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Oct 11 2004
Supplied or written by Transnational Institute/Corporate Europe Observatory
Reclaming Public Water!
Participatory Alternatives to Privatisation

Due to the ideology-driven privatisation wave, the 1990's was
essentially a lost decade for the struggle for clean water for all.
High-profile privatisation failures in major cities of the South
provide ample evidence that the water needs of the poor should not be
left in the hands of profit-driven transnational water corporations.
The time has now come to refocus the global water debate to the key
questions: how to improve and expand public water delivery around the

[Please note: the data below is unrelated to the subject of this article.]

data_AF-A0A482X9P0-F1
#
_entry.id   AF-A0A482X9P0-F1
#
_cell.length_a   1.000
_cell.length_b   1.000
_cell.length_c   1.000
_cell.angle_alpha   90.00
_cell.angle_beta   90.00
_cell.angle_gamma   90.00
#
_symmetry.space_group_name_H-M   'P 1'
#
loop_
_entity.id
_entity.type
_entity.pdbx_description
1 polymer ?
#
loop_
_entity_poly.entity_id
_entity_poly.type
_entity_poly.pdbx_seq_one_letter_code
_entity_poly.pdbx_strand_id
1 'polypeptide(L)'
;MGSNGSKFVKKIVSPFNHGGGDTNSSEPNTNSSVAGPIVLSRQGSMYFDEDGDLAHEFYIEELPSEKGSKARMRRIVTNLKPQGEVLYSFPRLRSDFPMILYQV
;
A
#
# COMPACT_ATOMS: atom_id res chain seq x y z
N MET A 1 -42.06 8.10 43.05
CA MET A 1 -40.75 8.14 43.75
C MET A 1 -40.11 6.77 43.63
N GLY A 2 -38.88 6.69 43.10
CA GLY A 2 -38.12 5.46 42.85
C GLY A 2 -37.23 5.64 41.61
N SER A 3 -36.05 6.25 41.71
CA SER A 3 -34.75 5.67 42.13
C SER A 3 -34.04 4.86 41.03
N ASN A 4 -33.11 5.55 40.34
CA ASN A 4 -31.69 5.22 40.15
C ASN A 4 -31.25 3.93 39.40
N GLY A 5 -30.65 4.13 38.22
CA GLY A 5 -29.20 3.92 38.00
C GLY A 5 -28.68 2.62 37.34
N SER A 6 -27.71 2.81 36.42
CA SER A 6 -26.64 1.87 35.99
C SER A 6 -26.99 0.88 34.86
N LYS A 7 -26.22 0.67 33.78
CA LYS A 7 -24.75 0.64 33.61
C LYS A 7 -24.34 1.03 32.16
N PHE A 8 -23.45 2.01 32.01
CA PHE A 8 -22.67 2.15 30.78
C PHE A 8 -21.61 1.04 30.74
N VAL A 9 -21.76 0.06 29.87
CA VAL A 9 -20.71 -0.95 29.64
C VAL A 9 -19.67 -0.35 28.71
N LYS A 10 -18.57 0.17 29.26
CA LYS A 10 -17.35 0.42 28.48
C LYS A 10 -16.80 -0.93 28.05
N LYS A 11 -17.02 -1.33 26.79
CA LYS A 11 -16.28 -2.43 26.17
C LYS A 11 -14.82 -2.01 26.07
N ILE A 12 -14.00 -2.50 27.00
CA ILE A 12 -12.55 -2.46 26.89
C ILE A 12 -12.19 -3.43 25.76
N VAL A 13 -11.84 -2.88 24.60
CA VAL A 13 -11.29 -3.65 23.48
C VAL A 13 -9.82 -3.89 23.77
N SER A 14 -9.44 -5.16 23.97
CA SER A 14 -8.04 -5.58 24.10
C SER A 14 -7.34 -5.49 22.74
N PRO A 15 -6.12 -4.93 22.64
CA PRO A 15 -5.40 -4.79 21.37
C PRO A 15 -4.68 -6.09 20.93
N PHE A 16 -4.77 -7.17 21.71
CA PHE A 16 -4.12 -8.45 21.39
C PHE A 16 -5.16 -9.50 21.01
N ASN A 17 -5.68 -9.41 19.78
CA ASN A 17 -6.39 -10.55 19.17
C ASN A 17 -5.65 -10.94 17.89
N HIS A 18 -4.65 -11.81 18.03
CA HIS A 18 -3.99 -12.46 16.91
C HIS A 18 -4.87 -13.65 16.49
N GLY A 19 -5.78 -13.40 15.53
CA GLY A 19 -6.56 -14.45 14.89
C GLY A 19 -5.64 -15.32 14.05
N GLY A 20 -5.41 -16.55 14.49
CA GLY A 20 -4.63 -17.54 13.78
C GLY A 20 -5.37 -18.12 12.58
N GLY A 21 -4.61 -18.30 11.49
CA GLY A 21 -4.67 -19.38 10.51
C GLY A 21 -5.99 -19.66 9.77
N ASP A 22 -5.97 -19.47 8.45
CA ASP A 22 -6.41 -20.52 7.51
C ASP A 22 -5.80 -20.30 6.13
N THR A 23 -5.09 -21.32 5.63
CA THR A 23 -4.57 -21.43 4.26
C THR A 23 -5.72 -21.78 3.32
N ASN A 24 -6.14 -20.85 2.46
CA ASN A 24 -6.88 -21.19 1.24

Important lessons can be learned from people-centred, participatory
public models that are in place or under development in cities like
Dhaka (Bangladesh), Cochabamba (Bolivia), Savelugu (Ghana) and Recife
(Brazil), to mention a few. In these cities, public water supply has
been improved through increased popular control and other democratic
reforms. In all their diversity, these models provide inspiring and
viable alternatives both to failing state-run utilities and profit-
driven private water management.

Read the new TNI/CEO briefing

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